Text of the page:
TacTues: The Best Kind of Trouble in Paradise


There’s always one a year for me. A quiet release on the strategy market that manages to capture my withered heart, causing the necrotic lump to jitter with delight. It was Endless Space last year. The year before, Frozen Synapse. In 2013, though? Well, it’s looking like Pandora: First Contact. Here’s a spiel and some collected thoughts on my time with the beta thus far.

I’ve been trying to think of how to sell Proxy Studios’ sci-fi strategy, and flashy comparisons feel a touch disingenuous. It has elements reaching back to Sid Meier’s Alpha Centauri, but Pandora is faster and its emphases deploy differently. Pandora feels like Civilization V in a way, but the proffered setting and general mood pushes it away beyond the calls of “enhanced mod.” It sits at a safe, equidistant position between the two, but makes me recall things like Outpost 2: Divided Destiny and Gametek’s beautiful underdog Dark Colony.


So, if you’re not already familiar with Pandora: First Contact, it’s a science-fiction turn-based strategy set upon, indeed, Pandora — humanity’s first habitable world found out beyond the Oort cloud, one now enduring an ongoing colonial race between several factions. Those with a love for Sid Meier’s Alpha Centauri will immediately recognize something there, and the choice of factions in Pandora do resemble the various civil and military propensities that separated groups in the 1999 opus. Fresh-faced players arrive on this strange planet and begin forging territorial boundaries, industrial hubs and the means to wage war. Unlike Alpha Centauri, Pandora: First Contact is primarily a game — at least at this point — of conquest, subjugation and annexation atop a solid and relatively dynamic economic and development model.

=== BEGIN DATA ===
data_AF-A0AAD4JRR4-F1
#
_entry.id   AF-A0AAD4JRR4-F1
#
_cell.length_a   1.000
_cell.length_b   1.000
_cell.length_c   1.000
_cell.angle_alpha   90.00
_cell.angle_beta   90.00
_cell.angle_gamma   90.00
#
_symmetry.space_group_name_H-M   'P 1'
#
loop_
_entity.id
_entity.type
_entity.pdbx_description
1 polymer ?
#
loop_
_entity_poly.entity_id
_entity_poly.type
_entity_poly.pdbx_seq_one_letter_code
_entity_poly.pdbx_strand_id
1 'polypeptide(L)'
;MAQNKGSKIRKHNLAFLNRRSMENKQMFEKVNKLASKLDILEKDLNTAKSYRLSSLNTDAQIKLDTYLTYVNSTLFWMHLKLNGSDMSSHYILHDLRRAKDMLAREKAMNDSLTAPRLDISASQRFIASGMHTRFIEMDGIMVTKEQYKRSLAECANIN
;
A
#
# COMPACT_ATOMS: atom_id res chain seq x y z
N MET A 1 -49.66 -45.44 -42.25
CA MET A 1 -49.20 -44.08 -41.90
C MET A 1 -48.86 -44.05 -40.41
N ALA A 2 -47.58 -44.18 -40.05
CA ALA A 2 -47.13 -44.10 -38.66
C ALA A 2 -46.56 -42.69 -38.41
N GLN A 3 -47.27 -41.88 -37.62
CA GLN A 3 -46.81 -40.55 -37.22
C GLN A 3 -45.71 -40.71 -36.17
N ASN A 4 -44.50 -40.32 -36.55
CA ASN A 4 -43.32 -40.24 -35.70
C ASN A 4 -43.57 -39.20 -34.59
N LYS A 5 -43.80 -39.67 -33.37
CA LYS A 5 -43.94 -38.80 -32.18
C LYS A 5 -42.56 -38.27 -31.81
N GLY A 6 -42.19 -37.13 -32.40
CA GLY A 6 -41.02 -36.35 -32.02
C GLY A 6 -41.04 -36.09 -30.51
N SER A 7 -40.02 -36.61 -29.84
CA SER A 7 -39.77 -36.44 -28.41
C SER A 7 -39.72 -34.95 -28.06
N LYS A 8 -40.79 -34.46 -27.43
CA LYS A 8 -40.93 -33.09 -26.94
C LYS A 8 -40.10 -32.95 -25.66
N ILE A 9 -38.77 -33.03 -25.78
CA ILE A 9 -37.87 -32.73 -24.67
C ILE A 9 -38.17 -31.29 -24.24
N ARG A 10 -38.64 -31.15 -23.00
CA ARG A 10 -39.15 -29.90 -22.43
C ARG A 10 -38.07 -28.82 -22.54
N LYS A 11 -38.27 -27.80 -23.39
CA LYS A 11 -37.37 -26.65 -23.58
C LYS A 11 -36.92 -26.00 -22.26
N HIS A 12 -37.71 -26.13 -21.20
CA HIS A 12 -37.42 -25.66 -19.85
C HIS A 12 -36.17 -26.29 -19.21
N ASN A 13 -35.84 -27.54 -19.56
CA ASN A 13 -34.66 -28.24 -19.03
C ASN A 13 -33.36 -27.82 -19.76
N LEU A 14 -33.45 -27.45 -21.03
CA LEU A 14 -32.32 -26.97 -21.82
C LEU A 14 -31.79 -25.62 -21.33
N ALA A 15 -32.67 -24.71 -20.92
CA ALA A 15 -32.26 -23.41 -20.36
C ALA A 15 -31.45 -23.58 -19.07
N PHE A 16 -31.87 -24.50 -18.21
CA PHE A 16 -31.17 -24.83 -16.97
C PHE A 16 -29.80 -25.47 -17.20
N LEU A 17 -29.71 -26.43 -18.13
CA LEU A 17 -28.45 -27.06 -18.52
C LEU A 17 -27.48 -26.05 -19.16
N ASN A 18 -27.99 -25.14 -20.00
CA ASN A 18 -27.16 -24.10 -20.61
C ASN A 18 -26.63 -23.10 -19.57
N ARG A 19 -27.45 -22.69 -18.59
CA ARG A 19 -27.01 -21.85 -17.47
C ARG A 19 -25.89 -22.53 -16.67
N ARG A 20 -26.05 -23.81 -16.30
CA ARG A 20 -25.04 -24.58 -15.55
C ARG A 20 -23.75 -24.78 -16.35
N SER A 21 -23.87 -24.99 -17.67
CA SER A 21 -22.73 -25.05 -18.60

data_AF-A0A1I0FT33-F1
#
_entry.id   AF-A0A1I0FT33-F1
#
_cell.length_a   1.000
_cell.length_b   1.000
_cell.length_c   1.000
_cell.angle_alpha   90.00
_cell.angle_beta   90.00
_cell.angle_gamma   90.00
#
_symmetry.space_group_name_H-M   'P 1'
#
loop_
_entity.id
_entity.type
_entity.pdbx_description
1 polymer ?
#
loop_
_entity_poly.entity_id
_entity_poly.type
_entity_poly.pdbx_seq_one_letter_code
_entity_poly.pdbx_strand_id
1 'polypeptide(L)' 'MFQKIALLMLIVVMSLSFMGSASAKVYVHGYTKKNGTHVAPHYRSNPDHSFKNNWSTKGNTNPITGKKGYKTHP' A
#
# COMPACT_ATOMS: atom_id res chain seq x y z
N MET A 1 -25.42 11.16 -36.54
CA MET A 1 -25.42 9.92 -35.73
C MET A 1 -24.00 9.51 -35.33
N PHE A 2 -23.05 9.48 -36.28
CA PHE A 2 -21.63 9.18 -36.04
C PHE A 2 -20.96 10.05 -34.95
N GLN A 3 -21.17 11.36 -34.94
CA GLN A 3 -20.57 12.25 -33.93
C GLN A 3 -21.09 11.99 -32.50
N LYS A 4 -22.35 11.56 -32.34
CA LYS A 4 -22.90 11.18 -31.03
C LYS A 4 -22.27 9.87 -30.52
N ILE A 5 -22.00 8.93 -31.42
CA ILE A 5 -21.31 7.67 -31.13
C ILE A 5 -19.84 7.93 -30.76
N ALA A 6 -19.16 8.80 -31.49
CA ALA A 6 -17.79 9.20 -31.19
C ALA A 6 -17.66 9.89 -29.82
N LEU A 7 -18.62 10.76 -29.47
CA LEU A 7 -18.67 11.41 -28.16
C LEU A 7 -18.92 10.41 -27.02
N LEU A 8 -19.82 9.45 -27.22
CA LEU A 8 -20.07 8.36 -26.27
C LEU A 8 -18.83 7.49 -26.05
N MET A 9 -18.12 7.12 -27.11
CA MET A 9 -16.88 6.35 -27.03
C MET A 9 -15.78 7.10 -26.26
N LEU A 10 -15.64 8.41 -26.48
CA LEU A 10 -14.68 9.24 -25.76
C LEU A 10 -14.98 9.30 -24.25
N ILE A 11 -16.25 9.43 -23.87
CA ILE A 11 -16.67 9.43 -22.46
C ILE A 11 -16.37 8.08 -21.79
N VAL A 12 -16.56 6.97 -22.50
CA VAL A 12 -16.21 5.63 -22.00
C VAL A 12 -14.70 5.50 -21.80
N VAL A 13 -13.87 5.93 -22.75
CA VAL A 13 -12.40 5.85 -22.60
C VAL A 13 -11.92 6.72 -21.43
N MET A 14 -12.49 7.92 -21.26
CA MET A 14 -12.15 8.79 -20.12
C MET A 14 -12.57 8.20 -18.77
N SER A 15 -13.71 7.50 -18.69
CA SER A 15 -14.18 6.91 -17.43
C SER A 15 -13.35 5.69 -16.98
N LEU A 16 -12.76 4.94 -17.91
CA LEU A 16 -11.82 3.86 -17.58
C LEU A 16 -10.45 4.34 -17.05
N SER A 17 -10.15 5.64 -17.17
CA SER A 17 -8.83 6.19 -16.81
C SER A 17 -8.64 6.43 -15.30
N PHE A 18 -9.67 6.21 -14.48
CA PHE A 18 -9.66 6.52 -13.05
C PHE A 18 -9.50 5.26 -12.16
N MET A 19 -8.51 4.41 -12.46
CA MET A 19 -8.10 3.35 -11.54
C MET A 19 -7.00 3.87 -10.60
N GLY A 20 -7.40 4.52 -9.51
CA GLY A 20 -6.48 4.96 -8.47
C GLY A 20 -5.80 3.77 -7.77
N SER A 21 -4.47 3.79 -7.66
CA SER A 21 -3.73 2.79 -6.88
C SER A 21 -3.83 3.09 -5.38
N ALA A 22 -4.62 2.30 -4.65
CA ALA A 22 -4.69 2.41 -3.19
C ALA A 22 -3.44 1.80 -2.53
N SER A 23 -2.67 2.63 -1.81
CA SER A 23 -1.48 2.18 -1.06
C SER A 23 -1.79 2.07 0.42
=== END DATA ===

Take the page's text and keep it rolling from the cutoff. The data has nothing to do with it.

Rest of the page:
Opening with a Colonizer — a large tracked hauler that establishes a city once you’ve found a suitable location — and a single squad of Colonial Infantry, grabbing a foothold in the countryside begins with exploration, selecting an initial research option and curating a production queue. We know this kick-off. Pandora is a comfortable fit for the Civilization fans, especially in the early game. Hexes have various material attributes; minerals and food are the two initially important stats to assess each hex on, but there are unique land formations that offer bonuses or feature negative effects. As expected, mountains offer sight and attack bonuses, but locations featuring Xenite Flowers offer bonuses to productivity. Forests decrease pollution caused by over-development. Isogen Fields tout mineral bonuses countered by toxicity. Research plays into much of the territory development, with breakthroughs in cultivation allowing crops to be planted on less-than-adequate landscapes.